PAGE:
The Times should be congratulated for opposing Assembly Speaker John A. Peréz's proposed legislation to unincorporate the city of Vernon. The Times, however, repeats several commonly cited arguments against Vernon that contribute to the unnecessary hue and cry for the city's dissolution.
The Times states as fact that the city is "run largely for the benefit of its 2,000 businesses and two founding families." First, there should be nothing wrong with an industrial city with virtually no other residents being run for the benefit of its business community. Second, neither of the two founding families — the Furlongs and the Leonises — have any connection with Vernon today. The last Furlong connected to Vernon was Mayor Robert Furlong, who died in 1974. Mayor Leonis C. Malburg was removed from office in July 2009.
It is true that Vernon's officials have, since 1905, mostly lived in other parts of the county while voting there, and face little or no city electorate. For roughly the city's first 100 years, The Times gave this setup largely positive news coverage; now, it depicts this as a century of corruption. But over those 100 years, only four court-ordered fines for election fraud — all in 1944 for $500 apiece — were imposed on city officials. Most recently, Malburg and his wife were convicted in 2009 of voting in Vernon while living elsewhere. None of the overpaid functionaries cited by The Times, whom the city promptly removed from office, has been convicted of a crime after five years of investigations.
Leaving aside its legality, the main problem with unincorporation is that many of Vernon's businesses handle toxic waste and flammable materials. Whatever else may be said of Vernon, the city has always been a model for guarding against the risks posed by such industries. It is one of only four cities in Los Angeles County with its own health department; it also has a police force that boasts an average response time of less than 4 minutes and a Class 1 fire department. To dump the whole industrial establishment into unincorporated county land and thus dissolve these protective agencies would pose an unacceptable threat.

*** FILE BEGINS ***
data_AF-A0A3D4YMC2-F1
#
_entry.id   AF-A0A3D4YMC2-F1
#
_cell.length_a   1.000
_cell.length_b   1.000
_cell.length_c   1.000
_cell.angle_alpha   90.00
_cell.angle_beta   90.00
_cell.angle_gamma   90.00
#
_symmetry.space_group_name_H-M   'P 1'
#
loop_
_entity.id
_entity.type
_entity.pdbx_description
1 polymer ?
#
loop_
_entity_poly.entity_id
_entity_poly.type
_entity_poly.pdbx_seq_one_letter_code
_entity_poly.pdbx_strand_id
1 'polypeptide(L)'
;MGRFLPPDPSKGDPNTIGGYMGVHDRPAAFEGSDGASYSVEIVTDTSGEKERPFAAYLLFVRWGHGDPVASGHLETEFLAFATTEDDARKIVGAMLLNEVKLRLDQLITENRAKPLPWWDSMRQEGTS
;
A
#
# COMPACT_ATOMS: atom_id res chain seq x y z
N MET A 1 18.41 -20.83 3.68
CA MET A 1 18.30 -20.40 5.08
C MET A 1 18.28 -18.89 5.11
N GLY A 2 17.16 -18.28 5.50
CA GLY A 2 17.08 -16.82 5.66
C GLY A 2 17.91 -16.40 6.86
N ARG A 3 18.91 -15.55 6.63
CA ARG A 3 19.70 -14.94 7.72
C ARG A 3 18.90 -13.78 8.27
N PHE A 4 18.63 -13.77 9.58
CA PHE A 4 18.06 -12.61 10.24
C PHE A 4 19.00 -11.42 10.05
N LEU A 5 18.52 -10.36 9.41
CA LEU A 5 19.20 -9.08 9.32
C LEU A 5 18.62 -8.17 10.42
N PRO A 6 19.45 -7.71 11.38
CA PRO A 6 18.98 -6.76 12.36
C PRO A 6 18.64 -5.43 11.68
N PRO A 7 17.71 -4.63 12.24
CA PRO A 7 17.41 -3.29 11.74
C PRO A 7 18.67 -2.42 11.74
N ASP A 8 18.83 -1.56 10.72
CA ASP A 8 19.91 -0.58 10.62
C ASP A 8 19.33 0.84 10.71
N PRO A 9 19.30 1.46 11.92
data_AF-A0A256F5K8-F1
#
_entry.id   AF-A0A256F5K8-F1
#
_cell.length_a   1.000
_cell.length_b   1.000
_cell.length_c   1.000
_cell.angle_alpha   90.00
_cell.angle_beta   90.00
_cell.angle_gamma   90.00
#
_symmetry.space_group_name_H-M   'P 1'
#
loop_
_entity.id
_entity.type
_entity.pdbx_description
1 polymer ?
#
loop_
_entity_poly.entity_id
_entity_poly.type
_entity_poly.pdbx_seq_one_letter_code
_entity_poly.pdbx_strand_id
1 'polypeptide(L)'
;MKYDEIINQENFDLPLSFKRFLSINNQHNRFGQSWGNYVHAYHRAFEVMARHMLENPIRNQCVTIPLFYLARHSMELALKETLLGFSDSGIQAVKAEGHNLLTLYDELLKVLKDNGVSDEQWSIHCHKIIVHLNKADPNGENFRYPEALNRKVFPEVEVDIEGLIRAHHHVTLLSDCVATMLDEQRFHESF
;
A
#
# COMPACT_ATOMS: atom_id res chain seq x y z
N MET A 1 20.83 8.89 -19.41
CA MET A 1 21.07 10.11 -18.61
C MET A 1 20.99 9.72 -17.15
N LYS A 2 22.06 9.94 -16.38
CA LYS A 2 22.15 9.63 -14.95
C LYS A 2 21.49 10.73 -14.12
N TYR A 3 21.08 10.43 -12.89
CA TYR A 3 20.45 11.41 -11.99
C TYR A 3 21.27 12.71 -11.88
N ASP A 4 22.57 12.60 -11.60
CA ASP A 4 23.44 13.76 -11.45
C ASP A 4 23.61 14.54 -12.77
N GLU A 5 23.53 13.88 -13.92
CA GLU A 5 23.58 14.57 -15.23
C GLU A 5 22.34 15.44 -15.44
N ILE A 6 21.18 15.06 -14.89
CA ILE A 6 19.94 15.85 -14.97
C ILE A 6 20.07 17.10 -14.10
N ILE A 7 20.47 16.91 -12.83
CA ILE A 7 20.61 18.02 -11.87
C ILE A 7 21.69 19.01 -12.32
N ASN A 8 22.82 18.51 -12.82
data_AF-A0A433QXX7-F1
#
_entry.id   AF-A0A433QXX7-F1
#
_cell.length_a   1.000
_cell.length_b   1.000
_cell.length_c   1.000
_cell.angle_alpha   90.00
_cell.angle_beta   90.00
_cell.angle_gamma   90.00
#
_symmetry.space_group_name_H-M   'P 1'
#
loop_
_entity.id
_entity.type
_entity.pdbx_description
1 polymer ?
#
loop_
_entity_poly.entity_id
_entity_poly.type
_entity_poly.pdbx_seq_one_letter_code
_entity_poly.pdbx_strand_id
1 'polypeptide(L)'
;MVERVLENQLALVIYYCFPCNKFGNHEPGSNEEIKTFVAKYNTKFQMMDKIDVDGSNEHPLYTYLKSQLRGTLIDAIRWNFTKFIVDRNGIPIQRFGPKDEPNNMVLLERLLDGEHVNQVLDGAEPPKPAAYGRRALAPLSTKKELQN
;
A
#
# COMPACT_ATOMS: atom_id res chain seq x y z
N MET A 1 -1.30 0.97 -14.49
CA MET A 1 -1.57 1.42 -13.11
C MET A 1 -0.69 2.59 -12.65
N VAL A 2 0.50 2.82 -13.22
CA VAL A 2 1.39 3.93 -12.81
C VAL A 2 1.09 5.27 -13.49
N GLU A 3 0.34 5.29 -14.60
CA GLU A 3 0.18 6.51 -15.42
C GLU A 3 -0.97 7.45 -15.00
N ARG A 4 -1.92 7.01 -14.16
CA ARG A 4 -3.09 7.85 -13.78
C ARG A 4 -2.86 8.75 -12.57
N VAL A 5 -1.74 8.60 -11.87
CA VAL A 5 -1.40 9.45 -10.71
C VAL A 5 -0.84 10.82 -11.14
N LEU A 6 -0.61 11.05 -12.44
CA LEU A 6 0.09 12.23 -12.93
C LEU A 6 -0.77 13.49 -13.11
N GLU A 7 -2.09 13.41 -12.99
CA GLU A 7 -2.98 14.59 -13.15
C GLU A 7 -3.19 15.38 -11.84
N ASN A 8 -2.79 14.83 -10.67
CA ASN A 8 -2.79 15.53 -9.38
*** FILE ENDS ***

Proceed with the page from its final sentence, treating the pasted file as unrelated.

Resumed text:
In 1953, Vernon proposed, and the Assembly's Committee on Constitutional Amendments approved, a charter for Vernon that would allow nonresident property owners to vote on local issues and candidates. This was defeated, but today it would solve the electorate problem in Vernon. Ten states allow nonresident property owners to vote in local elections. This solution could be restricted to Vernon if legislators did not want to have it apply more widely.
Leslie Evans is an author and longtime community activist in the West Adams section of Los Angeles.